I voted for Barry Larkin, Edgar Martinez, Fred McGriff, Mark McGwire, Jack Morris, Rafael Palmeiro, Tim Raines, Lee Smith and Alan Trammell.
It’s a very down year for first-year possibilities on the National Baseball Hall of Fame ballot distributed this month to eligible members of the Baseball Writers’ Association of America. There’s not a single newbie who comes even close.
We can all vote for as many as 10 candidates. I stuffed my ballot with nine of them, eight who I voted for last year with the addition of Larkin. I’m voting for the Reds shortstop for the first time. It is his third year on the BBWAA ballot.
When anybody says statistics don’t change, they’re right. But strength of the ballot does. In my mind, he had a wonderful, but borderline Hall of Fame career. He was overshadowed defensively in his own National League by Ozzie Smith and completely eclipsed in the American League by Cal Ripken Jr., the two Hall of Fame shortstops who are the comparables in Larkin’s era. But this better be his year. Trammell, who had a similarly long and distinguished career for the Tigers, should also not be ignored.
This is what Larkin has to contend with in the next four years:
What surely will be a controversial vote next year will include all-time home run leader Barry Bonds, 354-game winner Roger Clemens, 3,000-hit-club member Craig Biggio, 12-time All-Star Mike Piazza and Sammy Sosa, who slugged 609 homers. The ballot for 2014 induction will boast a trio of great pitchers in Greg Maddux, Tom Glavine and Mike Mussina, plus slugger Frank Thomas. The group for 2015 will include another great group of pitchers: No. 2 overall strikeout leader Randy Johnson, Pedro Martinez and John Smoltz, plus outfielder Gary Sheffield. And finally, the ballot for 2016 will offer outfielder Ken Griffey Jr., Yankees left-hander Andy Pettitte and closers Trevor Hoffman and Billy Wagner.
It’s not unheard of, but Larkin needs a big jump. In 2011, he garnered 62.1 percent — 361 of a possible 581 votes. Based on those figures, he must leap ahead 12.9 percent to gain election. He received 51.6 percent of the vote in 2010, his first year on the ballot. If not, it will be a long wait.
With the steroid era now about to fully infect the election process, the ballots from here on in are going to be very tough.
I’ve often thought that you have to take the players from that era on a case-by-case basis, but I’ve changed my opinion. The Mitchell Report revealed that great pitchers (Clemens and Eric Gagne) were perhaps as guilty of using performance-enhancing drugs as great hitters (McGwire and Bonds). It named utility players, bit players, lower level players and the top players. Thus, the playing field must be considered level. Otherwise, except for rare cases, no one really knows who did what.
Under those circumstances I believe as a voter that everyone should be painted with the same brush. Either you vote all the qualified candidates in or you don’t vote for anyone who is remotely suspected.
As a lifetime member of the BBWAA I take this vote very seriously. I have no desire to be judge, juror or soothsayer. So I’ve decided to judge those players within the context of the era during which they played, and if they’re deserving, vote them in.
Thus, my ballot again includes a player who failed a drug test (Palmeiro), a player who admitted that he used steroids (McGwire), and another who was tainted by the cocaine era of the 1980s (Raines). I believe all of them statistically belong in a Hall of Fame that already includes the likes of Gaylord Perry, who brashly admitted to throwing the spitter when he was active from 1962-83. That pitch was outlawed by Major League Baseball in 1920.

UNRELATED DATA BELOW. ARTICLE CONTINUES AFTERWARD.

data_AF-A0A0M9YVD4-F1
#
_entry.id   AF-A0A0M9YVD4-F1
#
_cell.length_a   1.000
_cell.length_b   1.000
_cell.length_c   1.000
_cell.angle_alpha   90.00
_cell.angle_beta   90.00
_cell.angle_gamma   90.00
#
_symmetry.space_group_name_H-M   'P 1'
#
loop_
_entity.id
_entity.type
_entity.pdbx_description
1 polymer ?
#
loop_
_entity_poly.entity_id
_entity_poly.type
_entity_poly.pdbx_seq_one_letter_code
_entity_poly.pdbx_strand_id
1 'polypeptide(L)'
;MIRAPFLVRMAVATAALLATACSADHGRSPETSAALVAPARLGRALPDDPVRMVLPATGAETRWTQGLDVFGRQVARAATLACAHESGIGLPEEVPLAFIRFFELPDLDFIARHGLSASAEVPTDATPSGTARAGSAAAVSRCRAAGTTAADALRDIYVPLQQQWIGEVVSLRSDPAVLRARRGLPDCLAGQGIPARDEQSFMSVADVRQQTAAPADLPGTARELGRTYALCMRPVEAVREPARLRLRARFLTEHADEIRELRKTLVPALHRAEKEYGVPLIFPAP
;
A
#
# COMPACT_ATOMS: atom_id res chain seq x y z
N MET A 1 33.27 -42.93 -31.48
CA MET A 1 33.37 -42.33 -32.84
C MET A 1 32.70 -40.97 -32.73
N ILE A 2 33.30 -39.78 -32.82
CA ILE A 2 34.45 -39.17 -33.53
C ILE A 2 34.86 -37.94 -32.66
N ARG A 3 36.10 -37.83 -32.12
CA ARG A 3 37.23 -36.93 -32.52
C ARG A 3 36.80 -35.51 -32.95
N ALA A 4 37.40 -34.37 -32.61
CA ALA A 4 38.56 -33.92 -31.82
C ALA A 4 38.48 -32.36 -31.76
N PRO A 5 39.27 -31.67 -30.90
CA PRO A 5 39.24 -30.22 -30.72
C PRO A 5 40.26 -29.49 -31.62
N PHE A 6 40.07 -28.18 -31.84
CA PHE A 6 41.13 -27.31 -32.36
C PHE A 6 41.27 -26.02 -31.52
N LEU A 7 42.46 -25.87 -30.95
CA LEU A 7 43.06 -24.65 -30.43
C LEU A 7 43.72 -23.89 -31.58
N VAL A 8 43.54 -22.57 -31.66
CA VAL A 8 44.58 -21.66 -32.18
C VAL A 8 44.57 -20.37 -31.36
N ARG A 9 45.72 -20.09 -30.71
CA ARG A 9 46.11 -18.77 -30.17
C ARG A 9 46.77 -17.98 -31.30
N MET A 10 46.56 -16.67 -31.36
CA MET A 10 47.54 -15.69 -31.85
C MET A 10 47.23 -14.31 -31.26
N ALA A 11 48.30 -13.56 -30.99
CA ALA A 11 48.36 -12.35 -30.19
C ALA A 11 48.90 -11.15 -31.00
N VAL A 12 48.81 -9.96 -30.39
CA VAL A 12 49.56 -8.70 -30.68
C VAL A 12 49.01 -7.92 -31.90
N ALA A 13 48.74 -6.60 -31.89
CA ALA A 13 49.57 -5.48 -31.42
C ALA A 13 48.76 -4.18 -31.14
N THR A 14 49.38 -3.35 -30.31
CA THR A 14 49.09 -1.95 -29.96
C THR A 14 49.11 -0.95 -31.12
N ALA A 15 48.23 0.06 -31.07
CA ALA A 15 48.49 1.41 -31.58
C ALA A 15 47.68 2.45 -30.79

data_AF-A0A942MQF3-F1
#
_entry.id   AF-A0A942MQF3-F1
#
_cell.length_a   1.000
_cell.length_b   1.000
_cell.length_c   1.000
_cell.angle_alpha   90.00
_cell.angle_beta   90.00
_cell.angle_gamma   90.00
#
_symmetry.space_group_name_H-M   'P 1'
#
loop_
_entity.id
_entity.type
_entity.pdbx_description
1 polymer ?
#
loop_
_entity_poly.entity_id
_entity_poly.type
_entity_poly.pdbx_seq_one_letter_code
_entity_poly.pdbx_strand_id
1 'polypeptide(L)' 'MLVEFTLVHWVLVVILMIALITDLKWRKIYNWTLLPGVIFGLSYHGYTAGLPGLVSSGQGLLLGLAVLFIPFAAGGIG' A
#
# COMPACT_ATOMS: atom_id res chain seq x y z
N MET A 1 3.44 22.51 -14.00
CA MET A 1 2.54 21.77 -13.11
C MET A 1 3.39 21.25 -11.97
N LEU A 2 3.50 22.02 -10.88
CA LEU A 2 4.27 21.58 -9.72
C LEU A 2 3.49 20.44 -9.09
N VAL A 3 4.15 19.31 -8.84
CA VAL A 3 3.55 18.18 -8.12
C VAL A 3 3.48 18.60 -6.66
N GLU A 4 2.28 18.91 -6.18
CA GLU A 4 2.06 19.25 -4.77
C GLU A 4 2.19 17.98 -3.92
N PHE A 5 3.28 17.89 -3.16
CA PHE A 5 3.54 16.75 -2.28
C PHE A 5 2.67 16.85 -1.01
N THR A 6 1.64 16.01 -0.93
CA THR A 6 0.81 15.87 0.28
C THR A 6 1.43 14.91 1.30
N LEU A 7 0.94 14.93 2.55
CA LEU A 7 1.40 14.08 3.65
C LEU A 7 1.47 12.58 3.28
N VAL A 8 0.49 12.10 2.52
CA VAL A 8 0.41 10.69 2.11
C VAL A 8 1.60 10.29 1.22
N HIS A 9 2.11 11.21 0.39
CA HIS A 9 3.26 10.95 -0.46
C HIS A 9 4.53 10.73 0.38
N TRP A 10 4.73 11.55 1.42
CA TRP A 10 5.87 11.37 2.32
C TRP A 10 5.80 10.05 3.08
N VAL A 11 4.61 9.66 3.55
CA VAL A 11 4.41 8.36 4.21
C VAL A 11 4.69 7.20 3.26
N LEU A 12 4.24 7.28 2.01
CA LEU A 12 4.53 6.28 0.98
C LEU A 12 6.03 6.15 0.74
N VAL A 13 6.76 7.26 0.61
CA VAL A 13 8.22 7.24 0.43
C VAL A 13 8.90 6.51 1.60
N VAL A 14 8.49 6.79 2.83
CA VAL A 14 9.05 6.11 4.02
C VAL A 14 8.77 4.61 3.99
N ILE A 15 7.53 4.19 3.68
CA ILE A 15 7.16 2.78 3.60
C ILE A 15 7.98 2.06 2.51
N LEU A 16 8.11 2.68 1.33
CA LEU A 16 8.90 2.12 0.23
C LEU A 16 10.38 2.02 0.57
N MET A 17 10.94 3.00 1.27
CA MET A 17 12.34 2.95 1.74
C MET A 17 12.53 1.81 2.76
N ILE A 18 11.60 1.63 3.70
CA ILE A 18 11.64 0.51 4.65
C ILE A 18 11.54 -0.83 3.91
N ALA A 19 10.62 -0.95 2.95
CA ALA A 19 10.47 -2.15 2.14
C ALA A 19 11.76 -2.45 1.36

Palmeiro — on the ballot for the second time — may be statistically on the bubble to some, but not to me. His 569 homers and 3, 020 hits places him in rarified company as only the fourth player in Major League history to amass more than 500 homers and 3,000 base hits. The other three are Hank Aaron, Willie Mays and Eddie Murray.
I’ve been among the 25 or so percent to vote for McGwire every year he’s been on the ballot. His 583 homers — 70 of them in 1998 and 65 in ’99 — are good enough. The home run race between McGwire and Sosa in ’98 put baseball back on the map after the strike that devastated the sport only a few years earlier. Since the steroid precusor Andro was found in McGwire’s locker — like many — I’ve long suspected him of using PEDs. His public apology didn’t change anything.
It’s the second time I’ve voted for Raines. Listening to Andre Dawson talk about him during his 2010 induction speech in Cooperstown made me take another look at Tim’s record. Certainly, he was the NL’s version of Rickey Henderson before his personal problems affected his career. He played 24 seasons, had 808 stolen bases, 2,605 hits and batted .294. Tony Perez was elected to the Hall with 2,732 hits and a .279 batting average.
And just a note on Jeff Bagwell: Rumors about possible steroid use don’t bother me. I just think he’s a very good player, but not of Hall of Fame caliber. His numbers are very similar to Steve Garvey — Bags .297 batting average to .294 for the Garv, 2,314 hits to 2,599, 449 homers to 272, 1,529 RBIs to 1,308 . But Garvey had two NL Championship Series MVPs, an NL MVP, an All-Star MVP, the longest consecutive game playing streak in NL history (1,207), one of the highest fielding percentages as a first baseman (.996) and an errorless season (1984). Garvey also played on five NL pennant winners and a World Series winner in ’81 with the Dodgers. Bagwell did almost none of this with the Astros. And Garvey didn’t get a sniff from the writers for the HOF.
That’s why I didn’t vote for Bagwell.